Norberto Papa, left, and Napoleon Custodio reveal their scars from a kidney operation in
Manila, Philippines.

Philippines Restricts Organ Transplants to Foreigners

May 05, 2008 12:01 PM
by findingDulcinea Staff
Faced with a growing number of poor people selling their organs to patients from foreign countries, the Philippines bans most transplants to nonresidents.

30-Second Summary

Anyone who goes to the Philippines for an organ transplant from a nonrelative could now face up to 20 years in prison, the country’s health secretary has announced. According to AFP, the Philippine Society of Nephrology calls the country “a world ‘hotspot’ for human organ trafficking.”

In the United States alone, nearly 100,000 people are waiting for organ transplants.

Rupert Wingfield Hayes of the BBC went undercover in China looking for a liver. When he asks hospital officials where one would come from, he learns there will be “a sudden abundance of organs” after a scheduled increase in prisoner executions.

The debate continues as to whether organs should be sold in the United States, something that’s been prohibited since 1984. Harold Kyriazi, a researcher at the University of Pittsburgh Medical School who runs his own site,, says allowing sales would increase the supply by 200 percent.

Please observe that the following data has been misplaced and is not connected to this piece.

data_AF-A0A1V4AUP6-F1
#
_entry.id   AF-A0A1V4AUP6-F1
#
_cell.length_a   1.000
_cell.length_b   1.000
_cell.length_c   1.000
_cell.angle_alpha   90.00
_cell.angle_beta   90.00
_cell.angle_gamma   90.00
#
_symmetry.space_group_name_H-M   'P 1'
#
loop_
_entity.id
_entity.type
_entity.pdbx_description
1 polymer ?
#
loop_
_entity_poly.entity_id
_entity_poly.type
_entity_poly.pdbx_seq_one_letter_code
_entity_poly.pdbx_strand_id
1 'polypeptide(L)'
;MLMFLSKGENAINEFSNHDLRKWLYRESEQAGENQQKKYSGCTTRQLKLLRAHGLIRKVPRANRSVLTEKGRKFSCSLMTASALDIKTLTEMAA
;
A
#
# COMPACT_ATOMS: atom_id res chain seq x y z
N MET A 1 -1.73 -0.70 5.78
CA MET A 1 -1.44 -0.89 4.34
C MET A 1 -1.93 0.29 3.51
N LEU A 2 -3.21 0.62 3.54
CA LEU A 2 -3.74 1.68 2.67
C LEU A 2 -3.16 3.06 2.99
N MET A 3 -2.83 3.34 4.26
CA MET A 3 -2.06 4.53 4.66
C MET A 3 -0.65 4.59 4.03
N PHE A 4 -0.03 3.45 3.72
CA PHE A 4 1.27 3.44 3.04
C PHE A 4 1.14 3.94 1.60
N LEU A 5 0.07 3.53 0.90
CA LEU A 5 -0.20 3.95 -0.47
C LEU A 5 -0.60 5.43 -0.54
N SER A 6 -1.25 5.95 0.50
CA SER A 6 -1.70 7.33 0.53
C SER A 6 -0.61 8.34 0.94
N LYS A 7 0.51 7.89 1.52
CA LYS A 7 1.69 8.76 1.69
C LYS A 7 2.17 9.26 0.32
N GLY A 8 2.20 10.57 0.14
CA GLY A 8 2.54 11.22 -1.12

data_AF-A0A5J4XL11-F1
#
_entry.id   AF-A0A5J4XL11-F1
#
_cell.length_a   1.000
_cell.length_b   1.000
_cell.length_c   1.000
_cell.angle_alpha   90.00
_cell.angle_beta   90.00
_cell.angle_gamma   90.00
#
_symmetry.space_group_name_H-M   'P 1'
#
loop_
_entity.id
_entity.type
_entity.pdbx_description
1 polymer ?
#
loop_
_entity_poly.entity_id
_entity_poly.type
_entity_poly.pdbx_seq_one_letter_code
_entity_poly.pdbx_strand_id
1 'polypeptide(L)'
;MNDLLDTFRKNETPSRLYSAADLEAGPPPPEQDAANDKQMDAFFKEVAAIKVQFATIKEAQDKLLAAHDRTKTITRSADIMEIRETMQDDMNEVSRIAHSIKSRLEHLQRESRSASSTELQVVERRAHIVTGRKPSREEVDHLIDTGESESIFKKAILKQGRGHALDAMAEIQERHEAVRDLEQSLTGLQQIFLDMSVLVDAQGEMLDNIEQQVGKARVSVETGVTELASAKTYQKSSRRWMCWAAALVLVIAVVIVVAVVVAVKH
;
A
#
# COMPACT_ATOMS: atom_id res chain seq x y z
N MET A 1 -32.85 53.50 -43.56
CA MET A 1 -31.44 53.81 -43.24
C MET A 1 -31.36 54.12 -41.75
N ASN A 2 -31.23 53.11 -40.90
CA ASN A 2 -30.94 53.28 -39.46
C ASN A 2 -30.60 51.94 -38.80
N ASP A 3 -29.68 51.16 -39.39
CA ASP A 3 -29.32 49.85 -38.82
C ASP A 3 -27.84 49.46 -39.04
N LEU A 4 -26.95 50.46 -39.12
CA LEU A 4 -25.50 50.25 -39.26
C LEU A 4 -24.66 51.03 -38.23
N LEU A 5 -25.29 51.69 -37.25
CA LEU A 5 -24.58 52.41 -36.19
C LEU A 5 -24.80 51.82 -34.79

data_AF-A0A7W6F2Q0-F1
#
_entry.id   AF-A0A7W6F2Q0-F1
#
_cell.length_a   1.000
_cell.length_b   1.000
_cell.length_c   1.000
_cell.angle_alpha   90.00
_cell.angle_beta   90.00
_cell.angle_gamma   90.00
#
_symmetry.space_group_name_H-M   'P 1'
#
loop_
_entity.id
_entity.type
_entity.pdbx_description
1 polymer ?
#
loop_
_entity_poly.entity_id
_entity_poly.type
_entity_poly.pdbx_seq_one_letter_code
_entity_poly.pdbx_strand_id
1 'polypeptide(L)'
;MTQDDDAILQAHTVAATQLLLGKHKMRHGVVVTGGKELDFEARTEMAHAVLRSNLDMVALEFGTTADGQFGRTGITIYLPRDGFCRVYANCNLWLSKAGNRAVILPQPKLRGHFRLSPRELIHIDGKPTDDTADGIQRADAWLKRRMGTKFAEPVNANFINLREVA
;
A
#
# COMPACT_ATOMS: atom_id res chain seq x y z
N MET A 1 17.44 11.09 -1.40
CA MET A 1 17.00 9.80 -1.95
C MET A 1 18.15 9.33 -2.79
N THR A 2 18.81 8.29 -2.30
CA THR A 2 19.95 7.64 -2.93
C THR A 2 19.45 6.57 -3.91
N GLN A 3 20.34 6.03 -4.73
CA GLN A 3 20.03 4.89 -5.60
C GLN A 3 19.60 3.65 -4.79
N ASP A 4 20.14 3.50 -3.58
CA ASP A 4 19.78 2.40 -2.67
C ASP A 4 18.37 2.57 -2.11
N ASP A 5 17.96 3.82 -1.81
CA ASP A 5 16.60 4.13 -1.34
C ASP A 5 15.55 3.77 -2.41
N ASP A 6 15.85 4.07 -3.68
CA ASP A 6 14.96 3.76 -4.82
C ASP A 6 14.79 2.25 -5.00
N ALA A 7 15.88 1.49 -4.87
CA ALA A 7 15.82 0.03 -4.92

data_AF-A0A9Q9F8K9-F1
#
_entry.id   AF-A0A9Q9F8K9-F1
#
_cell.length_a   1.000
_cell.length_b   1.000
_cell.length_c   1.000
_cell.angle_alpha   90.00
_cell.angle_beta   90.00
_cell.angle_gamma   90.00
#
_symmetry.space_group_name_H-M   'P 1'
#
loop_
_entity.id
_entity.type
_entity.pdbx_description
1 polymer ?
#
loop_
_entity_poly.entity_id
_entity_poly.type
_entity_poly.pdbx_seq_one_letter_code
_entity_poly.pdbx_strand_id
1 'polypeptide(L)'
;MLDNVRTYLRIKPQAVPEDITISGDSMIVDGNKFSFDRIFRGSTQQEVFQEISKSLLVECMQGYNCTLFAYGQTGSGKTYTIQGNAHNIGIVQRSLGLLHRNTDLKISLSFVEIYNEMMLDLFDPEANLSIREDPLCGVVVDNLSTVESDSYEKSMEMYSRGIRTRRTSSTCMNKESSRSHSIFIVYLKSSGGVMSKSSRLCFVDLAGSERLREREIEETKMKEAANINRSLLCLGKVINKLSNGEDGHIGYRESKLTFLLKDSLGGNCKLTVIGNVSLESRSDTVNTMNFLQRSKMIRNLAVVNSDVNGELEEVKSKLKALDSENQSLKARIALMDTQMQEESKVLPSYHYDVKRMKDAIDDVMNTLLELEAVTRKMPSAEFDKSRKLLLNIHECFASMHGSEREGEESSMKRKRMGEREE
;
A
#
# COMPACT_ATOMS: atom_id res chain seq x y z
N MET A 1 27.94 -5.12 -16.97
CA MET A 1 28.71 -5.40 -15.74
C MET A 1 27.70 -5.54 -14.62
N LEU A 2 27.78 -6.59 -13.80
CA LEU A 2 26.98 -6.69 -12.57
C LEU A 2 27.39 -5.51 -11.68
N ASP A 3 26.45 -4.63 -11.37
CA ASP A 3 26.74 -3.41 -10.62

Claire Andre and Manuel Velasquez, in the article “Kidneys for Sale,” say an organ market would be “unjust” because it would “benefit the wealthy while putting pressures on the poor to endanger their own health.”

Headline Links: The Philippines ban organ transplants for foreigners

Opinion & Analysis: Arguments for and against organ sales

Background: Organ transplant, waiting list statistics

Related Topic: Surgeon accused of hastening death for organs


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